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Old May 20th 2019, 02:40 PM   #1
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Soap Saponification Question

Hi, I'm trying to understand what chemically happens when soap is made with rancid oils (fatty acids). No one ever seems able to answer it, so I'm hoping someone here can help (I'm not studying chemistry, I make soap).

In a typical batch of soap, you add lye solution (NaOH+H2O) to a fatty acid solution (not a single oil, but multiple oil blends). You mix it all up, add heat, and you get soap + glycerin+ water which evaporates out while drying.

Using rancid oils however also produces soap. The 'word on the street' is that if you use rancid oils to make your soap, your soap will get rancid. It does NOT get rancid immediately, it makes regular soap, not rancid soap.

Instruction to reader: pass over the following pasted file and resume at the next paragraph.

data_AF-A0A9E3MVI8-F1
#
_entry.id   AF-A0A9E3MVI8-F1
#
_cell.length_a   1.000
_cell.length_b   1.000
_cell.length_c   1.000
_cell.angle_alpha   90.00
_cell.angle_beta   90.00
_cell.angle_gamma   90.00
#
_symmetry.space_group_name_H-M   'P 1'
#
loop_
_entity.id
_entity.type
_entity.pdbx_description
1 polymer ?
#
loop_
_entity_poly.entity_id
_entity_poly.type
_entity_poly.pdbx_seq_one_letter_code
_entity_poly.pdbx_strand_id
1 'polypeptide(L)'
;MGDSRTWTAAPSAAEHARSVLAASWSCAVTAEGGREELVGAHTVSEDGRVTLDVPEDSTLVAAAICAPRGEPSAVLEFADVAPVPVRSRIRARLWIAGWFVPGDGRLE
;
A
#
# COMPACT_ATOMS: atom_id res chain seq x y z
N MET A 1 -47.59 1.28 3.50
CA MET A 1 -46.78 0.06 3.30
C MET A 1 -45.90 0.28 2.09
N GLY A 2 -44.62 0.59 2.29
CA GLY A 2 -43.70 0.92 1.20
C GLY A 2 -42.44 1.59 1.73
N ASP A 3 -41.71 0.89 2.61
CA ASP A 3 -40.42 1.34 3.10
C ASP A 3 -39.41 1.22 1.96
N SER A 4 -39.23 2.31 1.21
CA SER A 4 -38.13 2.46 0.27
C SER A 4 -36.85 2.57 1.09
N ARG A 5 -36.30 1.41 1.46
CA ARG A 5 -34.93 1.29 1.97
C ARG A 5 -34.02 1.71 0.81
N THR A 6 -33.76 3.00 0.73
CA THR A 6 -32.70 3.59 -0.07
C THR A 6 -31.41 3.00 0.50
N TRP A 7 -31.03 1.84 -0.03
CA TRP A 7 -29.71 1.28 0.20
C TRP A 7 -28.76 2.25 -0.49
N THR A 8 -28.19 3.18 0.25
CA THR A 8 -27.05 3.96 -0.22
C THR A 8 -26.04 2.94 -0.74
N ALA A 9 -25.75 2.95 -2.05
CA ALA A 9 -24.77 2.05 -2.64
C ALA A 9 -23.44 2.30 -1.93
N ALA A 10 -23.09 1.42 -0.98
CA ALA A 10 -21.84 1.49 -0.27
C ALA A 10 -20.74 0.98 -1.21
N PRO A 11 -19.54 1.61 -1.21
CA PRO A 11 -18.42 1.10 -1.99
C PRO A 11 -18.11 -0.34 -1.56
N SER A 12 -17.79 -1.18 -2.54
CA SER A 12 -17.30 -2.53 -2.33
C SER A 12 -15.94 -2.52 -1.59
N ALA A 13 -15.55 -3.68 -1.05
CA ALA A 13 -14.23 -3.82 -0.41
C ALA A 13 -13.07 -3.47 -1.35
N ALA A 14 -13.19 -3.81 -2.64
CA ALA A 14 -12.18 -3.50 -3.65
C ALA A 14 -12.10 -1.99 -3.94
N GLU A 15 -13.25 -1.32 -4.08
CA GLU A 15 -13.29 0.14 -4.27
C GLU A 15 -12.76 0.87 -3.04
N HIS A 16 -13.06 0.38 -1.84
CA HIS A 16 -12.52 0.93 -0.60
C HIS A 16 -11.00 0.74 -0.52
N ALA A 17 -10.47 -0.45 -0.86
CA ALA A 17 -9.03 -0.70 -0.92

Where do the rancid aldehydes and ketones go from the smelly oils if it's making regular soap?

For illustrative purposes, here are the formulas for 2 common soaping oils:
Peanut Oil: C30H45N9O5
Coconut Oil: C4H8NNaO2

Lye Solution: NaOH + H2O

Of course, more oils are used than the above, but to keep it as simple as possible, lets say there's a 50/50 of Peanut Oil and Coconut Oil blended. This is mixed with the lye.

If you were to use rancid oils, that would be CHO for the aldehydes, and RC (R being a carbon group) for the ketones....

How does saponification differ after adding the rancidity factor (all fatty acids used are rancid)?

I would be REALLY grateful for an answer, this question has puzzled me a long long time. Thank you.

Last edited by glassgal; May 20th 2019 at 02:42 PM.
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